In David Pierce’s article “How YouTube Became the World’s Best Film School” published by tech magazine Wired, the growing corner of YouTube dedicated to teaching about filmmaking is discussed. Pierce gives examples of a few YouTube channels, detailing their content, their process, and their success through filmmaking education on YouTube. Most of the authors of these channels have experienced their own formal education and/or professional experience in the business, like how most film professors are. He discusses how much content is on YouTube, readily available with the typing of a few keys. Posing this version of film school as a very accessible and valuable alternative to formal education, he advocates YouTube film school to anyone who is even remotely interested in learning about the behind-the-scenes of making movies.

In this article, advice from twenty-one successful writers and producers on writing a script is given. The author finds their advice invaluable since learning from professionals is one of the best ways to educate oneself on concepts in filmmaking. Aaron Sorkin, the writer of “A Few Good Men”, has an interesting angle as someone who got a degree in musical theater. He understands that sometimes characters are unable to express their emotions through dialogue. Sometimes you must break out and sing since it gives you a deeper emotional experience to connect to. This is why musicals are so popular and are so important to many people. On a more emotional level, Lena Waithe, writer of “Queen & Slim”, says that writing is like bearing your sole to the world, being naked and exposed. Critics will pull your work apart and misunderstand or misinterpret it, but that’s part of the creative process. It’s not easy but it is necessary. Similarly, writer of “The Danish Girl”, Lucinda Coxon, tells a story of how she had a script which was “a labor of love over many years” ended up failing in production and lost the rights to it to an insurance company. She shares that resilience doesn’t come easy, and it never gets better.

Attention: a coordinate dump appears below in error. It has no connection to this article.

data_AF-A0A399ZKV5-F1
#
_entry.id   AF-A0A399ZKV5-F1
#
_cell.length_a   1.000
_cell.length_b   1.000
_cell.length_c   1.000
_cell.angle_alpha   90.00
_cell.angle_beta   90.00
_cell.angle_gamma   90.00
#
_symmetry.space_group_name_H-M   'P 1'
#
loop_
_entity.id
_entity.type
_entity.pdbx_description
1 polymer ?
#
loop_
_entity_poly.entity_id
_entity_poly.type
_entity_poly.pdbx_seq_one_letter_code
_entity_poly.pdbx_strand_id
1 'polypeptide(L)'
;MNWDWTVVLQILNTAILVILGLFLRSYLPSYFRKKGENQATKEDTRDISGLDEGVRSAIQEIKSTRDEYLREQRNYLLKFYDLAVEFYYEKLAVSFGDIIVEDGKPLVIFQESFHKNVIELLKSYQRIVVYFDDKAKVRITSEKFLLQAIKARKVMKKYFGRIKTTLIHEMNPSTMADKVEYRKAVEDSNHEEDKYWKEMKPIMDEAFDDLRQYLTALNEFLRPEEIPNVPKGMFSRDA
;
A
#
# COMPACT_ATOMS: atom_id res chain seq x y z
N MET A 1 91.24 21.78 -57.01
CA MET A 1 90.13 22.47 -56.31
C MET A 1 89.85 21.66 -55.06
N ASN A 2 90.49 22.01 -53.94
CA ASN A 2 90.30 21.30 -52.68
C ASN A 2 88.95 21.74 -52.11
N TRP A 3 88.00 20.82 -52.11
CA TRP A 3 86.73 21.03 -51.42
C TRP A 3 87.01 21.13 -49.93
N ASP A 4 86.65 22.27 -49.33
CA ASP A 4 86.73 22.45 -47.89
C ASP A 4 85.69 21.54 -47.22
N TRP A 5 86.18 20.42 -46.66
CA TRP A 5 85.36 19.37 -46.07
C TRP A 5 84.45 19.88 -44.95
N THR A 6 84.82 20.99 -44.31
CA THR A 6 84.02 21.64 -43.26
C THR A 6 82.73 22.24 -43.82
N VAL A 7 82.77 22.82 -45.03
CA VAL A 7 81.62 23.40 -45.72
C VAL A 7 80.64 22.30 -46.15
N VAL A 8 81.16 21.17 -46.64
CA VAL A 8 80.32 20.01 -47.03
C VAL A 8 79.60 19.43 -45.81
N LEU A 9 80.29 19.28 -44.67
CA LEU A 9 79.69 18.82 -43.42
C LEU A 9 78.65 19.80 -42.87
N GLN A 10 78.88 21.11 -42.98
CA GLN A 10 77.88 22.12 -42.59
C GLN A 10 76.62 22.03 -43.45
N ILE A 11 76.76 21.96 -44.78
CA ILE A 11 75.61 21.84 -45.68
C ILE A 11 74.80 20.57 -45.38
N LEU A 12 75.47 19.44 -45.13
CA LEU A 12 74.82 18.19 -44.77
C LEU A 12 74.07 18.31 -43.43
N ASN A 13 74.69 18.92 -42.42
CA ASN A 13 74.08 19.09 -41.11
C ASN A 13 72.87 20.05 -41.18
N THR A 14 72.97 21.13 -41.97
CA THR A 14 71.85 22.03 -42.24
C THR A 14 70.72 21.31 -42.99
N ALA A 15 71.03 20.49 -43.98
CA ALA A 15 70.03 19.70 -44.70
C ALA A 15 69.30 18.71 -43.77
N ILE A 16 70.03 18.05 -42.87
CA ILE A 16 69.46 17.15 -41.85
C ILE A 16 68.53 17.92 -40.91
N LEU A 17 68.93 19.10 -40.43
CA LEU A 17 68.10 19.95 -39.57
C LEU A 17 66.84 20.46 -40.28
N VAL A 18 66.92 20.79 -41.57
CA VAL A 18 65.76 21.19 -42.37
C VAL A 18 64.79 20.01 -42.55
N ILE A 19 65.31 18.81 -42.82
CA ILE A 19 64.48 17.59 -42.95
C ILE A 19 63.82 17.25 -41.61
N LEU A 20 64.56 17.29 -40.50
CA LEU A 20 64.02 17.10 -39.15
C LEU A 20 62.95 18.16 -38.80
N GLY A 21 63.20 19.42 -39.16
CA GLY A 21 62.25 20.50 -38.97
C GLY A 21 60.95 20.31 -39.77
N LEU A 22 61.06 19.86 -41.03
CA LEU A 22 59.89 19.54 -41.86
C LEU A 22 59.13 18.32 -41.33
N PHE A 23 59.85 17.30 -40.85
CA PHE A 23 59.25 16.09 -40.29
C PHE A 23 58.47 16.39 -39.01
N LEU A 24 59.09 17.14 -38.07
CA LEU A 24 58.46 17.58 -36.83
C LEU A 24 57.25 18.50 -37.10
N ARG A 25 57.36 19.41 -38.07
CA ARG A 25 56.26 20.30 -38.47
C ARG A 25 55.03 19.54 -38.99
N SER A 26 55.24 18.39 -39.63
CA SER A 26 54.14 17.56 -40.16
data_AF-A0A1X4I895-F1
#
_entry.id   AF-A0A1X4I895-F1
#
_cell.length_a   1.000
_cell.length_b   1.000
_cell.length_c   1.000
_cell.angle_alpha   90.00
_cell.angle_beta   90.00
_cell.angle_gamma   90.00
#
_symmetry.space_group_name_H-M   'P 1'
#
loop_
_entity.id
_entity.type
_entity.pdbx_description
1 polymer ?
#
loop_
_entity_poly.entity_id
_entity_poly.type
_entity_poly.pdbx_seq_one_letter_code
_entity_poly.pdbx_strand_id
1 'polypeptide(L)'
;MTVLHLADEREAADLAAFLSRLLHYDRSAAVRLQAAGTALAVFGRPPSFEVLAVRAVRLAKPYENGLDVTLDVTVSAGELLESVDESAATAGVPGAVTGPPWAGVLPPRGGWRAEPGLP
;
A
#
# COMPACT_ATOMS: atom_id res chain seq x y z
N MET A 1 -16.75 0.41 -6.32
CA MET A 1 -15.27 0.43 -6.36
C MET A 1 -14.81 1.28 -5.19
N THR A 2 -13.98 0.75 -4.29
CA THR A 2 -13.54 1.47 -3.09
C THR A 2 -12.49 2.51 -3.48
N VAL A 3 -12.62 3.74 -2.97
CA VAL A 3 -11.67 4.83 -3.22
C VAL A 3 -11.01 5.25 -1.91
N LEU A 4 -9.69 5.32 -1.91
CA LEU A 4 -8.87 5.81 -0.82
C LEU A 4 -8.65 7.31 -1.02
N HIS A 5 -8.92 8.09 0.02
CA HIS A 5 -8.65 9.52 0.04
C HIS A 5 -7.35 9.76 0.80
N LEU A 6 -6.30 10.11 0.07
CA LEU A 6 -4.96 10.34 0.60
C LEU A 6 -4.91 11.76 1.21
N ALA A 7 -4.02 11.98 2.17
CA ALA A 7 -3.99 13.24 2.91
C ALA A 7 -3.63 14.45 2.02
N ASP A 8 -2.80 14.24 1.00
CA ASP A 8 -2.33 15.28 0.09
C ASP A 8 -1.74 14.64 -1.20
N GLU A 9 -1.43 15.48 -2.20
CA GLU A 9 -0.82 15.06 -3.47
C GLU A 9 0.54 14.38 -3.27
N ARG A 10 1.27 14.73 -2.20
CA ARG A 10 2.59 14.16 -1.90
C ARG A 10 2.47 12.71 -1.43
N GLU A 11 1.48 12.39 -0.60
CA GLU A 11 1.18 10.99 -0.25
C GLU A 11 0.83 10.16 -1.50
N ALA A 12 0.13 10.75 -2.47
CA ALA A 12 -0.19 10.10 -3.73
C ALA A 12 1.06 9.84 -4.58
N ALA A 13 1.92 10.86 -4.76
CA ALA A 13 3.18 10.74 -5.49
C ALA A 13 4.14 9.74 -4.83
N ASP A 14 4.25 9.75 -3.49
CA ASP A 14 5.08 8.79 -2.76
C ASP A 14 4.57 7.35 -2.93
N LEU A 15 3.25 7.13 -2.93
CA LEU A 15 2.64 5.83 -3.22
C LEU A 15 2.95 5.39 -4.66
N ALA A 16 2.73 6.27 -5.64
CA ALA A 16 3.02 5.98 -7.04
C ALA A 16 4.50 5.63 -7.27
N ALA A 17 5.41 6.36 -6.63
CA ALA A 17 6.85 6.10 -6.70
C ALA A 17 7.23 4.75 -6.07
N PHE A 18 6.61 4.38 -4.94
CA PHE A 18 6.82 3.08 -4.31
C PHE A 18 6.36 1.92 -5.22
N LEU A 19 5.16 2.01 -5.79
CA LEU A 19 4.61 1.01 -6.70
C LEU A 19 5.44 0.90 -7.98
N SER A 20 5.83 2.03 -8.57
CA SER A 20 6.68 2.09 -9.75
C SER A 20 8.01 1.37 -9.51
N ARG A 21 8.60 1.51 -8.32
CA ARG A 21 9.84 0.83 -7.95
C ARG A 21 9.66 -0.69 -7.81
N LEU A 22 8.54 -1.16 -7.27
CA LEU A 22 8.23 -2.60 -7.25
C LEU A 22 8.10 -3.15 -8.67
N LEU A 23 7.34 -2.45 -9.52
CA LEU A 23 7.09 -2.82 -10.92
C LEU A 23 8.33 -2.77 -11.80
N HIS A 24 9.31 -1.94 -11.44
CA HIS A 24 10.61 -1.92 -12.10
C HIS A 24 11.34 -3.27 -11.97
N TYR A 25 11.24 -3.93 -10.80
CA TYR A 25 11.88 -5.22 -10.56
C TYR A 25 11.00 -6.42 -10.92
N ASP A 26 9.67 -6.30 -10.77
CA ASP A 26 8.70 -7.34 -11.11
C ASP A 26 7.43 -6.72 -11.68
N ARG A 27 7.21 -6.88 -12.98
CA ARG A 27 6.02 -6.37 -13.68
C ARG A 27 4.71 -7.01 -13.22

In this article, Greens gives an alternative means of screenwriting that is often not discussed. He advocates for writing dialogue and developing characters as a means for creating stories. For example, instead of outlining a story and then placing characters in it, a screenwriter would write characters and develop a story around them. He gives examples of successful writer/directors who have used this technique. The reason why this technique is advocated is because it creates a much more realistic and human story than those that are often made in Hollywood. “Character over concept: Writing dialogue in search of story” by Robert Greens of the University of Brighten, we will see how screenwriters use acquisition to write authentic dialogue. The article argues that there is importance in letting character, scene, and story be driven by the development of dialogue since this allows for more ease in the creative process and develops stronger characters/stories (Greens 39). Robert Greens uses examples from two screenwriting manuals: McKee’s Story (1999) and Snyder’s Save the Cat! (2005), as well as statements from successful writer-directors such as Noah Baumbach and his peers to come to his findings on the craft of story-driving dialogue. Said findings are that screenwriting manuals miss a more successful and effective technique used by famous writers to create award winning screenplays. This technique is screenwriting driven by dialogue in where the story follows what a character would do rather than pre-arranged plot structure (Greens 43). For example, Noah Baumbach says that he uses the deep and unconscious desires of his characters to drive the story, where these desires are revealed to the audience through how they talk in dialogue (Greens 47). The use of character driven story means that a writer would have to completely ditch what they were taught from screenwriting manuals. They would have to, in turn, exchange scene-by-scene outlining for spontaneous character decisions caused by dialogue. After the publication of this article, more studies need to be done on the way that screenwriting is taught today. Greens believes that “screenwriting manuals” should be re-examined as studying professional screenwriters and their practices are much more valuable than script gurus who claim to have the secrets to success (Greens 52). The whole point of the study is that the way the literacy of screenwriting is taught in books is unlike the actual way screenwriting is done by professionals. These professionals use the acquisitions a particular character has experienced in their life to drive a story. These acquisitions are the traits gained subconsciously as described by James Gee and as is vital in Noah Baumbach’s technique to screenwriting. This technique is the truly authentic way to creating story that creates attention around a usually overlooked screenwriter.